Darcel Clark, Bronx County

More information can be found on the Bronx DA site.

On cash bail: Clark has instituted a policy of not asking for bail in cases where jail time is not recommended.

On jails: Bronx District Attorney Darcel Clark is focused on the task force that investigates violence and abuse at Rikers while it is still open. She has not been quoted with a stance on New York City Mayor Bill de Blasio’s plan to close the complex.

On marijuana: In the Bronx, Clark acknowledges the racial disparity in marijuana arrests and in an effort to mitigate that, declines to prosecute cases where the only charge is minor marijuana possession or smoking in public. However, she will not erase past convictions until legislation can be passed.

On dedicated conviction review units: The Bronx Conviction Integrity Unit resides under the General Counsel Division. Clark had run in 2015 on the intention to mirror the CRU unit in Brooklyn.

On turnstile jumping, “broken windows” policing and quality-of-life crimes: Nothing specific on declining to prosecute, but Clark presides over the Another Chance program to resolve outstanding warrants without arrests and participated in citywide vacating of decades old outstanding warrants. 

On sex work: Clark has said that sex workers can have their record expunged if they complete mandated counseling and are not arrested again within six months, but only state legislators can decriminalize.

Michael McMahon, Staten Island (Richmond County)

More information can be found on the Office of the Richmond County District Attorney website.

On cash bail: In an opinion piece, Staten Island District Attorney Michael McMahon vehemently disagreed with the cash bail reforms that passed in Albany, calling them a hindrance to combating crime.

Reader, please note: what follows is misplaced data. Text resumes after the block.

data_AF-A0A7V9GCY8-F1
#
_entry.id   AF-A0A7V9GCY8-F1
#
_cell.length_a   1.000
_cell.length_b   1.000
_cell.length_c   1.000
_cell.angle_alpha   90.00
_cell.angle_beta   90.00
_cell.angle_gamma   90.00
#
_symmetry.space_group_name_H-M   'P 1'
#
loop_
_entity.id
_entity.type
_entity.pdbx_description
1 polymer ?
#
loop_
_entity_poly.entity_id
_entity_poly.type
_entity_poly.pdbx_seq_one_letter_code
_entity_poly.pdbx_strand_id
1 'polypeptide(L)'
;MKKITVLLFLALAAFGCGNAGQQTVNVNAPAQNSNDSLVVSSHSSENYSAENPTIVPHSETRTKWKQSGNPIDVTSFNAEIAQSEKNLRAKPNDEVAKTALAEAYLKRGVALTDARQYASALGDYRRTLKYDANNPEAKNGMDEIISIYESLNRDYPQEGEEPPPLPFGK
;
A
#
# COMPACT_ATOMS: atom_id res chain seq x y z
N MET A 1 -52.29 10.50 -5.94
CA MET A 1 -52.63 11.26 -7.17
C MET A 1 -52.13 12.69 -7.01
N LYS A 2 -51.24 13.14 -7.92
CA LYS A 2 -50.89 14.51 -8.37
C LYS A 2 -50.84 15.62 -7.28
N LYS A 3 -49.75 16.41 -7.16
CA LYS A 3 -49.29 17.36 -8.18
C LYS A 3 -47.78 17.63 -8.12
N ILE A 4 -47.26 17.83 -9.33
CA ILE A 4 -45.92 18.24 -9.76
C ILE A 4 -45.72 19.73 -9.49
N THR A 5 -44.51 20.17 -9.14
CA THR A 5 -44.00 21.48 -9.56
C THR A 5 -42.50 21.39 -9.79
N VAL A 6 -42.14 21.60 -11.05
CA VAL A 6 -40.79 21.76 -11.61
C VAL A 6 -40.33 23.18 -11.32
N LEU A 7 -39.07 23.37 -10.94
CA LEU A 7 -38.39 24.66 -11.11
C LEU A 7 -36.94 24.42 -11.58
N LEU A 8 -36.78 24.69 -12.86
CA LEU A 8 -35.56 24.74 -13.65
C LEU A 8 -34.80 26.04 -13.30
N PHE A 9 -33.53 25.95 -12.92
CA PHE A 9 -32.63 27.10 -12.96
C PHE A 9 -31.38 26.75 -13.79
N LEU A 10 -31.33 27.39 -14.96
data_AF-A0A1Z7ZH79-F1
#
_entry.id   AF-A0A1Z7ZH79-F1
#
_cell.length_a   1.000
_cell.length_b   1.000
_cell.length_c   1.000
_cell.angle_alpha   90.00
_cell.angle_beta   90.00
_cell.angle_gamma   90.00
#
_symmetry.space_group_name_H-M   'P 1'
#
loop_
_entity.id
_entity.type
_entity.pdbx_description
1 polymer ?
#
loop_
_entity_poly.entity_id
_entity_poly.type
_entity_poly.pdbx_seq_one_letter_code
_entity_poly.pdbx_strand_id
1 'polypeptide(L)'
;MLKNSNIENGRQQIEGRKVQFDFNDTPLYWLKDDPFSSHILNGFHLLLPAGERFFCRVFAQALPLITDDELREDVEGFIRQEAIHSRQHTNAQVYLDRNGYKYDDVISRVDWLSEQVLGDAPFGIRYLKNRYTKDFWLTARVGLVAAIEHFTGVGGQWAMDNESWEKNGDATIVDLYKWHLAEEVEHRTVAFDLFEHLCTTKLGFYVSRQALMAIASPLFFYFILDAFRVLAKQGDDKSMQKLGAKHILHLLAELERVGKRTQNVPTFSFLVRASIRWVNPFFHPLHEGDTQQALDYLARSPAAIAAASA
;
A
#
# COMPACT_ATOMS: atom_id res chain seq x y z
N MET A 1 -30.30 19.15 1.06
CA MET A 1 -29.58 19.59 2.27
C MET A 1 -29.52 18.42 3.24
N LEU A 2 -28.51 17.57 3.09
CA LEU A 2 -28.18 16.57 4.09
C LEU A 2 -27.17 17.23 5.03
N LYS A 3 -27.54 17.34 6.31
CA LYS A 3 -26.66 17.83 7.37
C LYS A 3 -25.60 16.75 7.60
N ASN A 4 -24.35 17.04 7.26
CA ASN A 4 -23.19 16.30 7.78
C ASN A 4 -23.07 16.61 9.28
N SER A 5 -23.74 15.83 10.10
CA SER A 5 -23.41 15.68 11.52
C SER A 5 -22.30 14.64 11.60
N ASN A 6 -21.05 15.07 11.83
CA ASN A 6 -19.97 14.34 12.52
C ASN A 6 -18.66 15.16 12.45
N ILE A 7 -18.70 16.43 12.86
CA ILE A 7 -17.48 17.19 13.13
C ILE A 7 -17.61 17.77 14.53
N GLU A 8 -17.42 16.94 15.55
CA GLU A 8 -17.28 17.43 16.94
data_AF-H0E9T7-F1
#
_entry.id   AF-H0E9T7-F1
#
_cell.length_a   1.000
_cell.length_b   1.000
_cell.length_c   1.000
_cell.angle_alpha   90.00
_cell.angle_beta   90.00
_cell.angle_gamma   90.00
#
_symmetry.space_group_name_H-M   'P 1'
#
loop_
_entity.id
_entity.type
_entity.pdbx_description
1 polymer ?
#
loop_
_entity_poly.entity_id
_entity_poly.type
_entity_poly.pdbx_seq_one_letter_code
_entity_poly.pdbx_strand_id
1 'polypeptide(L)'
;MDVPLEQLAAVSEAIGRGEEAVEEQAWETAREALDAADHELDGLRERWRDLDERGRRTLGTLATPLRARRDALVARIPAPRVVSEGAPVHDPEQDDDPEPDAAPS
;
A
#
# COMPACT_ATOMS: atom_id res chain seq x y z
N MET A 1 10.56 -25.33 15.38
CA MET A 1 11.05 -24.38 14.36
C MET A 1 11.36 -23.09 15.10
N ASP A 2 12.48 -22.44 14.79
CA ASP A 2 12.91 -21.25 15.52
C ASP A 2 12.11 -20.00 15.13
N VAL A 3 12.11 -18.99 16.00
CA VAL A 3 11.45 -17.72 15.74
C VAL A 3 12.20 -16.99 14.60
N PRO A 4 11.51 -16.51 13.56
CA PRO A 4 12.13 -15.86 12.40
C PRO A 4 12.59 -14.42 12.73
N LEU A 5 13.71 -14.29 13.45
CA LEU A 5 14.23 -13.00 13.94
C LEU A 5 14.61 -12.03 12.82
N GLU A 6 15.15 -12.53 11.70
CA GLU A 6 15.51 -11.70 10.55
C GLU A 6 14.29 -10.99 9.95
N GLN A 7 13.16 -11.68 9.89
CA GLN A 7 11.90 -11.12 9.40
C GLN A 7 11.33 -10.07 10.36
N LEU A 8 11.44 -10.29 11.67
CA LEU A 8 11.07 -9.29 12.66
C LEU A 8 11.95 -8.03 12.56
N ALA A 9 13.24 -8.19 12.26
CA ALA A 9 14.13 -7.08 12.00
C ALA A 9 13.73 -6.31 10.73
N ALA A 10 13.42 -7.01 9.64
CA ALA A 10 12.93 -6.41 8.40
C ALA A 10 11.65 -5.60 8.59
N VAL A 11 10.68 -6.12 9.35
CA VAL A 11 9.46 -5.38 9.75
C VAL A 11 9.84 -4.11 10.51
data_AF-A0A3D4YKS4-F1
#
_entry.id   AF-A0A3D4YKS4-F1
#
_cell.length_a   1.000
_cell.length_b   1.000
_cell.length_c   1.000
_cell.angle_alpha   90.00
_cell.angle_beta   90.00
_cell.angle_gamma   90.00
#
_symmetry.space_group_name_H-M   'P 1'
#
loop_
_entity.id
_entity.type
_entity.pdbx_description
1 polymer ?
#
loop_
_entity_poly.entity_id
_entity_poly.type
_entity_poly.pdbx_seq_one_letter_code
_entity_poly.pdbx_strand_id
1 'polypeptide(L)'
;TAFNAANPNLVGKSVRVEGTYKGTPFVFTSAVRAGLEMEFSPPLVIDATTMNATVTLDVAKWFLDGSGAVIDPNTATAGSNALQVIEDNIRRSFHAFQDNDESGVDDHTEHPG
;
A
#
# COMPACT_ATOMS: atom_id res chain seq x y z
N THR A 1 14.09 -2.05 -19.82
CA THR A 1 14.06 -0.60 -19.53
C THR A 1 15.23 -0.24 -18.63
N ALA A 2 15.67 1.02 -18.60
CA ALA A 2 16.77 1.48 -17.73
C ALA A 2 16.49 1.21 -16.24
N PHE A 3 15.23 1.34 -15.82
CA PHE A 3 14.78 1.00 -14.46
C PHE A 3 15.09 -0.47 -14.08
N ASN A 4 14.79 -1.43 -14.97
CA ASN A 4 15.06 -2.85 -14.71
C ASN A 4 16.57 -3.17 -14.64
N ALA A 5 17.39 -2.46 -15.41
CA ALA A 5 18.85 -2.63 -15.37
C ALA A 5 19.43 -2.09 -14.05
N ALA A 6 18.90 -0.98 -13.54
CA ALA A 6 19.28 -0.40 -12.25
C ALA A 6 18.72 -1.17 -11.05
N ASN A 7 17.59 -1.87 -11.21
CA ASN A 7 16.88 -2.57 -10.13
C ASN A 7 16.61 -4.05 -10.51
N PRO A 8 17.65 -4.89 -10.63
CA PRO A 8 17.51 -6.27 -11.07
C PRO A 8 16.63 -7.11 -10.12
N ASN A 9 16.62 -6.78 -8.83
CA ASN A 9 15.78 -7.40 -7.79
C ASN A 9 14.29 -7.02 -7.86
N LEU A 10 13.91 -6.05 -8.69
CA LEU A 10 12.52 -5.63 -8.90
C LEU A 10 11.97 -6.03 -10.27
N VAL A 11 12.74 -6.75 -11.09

On jails: It is MacMahon’s view that it would be more practical to invest money in community diversion programs and renovating and modernizing the Rikers Island jail complex than to close it. He says key investments in mental health services and vocational training are particularly important. Relatively few of the inmates in Rikers come from Staten Island, and under the proposal Staten Island would not get a new facility. 

On marijuana: Last year, McMahon declined to take a stance on the more lenient policies in Brooklyn and Manhattan and said that he would uphold the law until it changed. He points out that Staten Island nevertheless has had the fewest marijuana prosecutions of all the five boroughs.

On dedicated conviction review units: After receiving funding last year, he founded an official Conviction Integrity Review Unit to review old cases in January 2019.

On turnstile jumping, “broken windows” policing and quality-of-life crimes: He has instituted a Fresh Start program to clear outstanding warrants for low-level offenses without arrests, but does not support issuing blanket amnesty for these offenses.

On sex work: MacMahon says he rarely prosecutes sex workers, but does not support decriminalizing prostitution because it makes it harder to prosecute pimps and human traffickers. 

Editor's note: This piece has been updated to reflect the fact that some of Vance's policy shifts began before more recent criticisms of his policies. It has also been updated to reflect responses sent by Michael McMahon's office after deadline.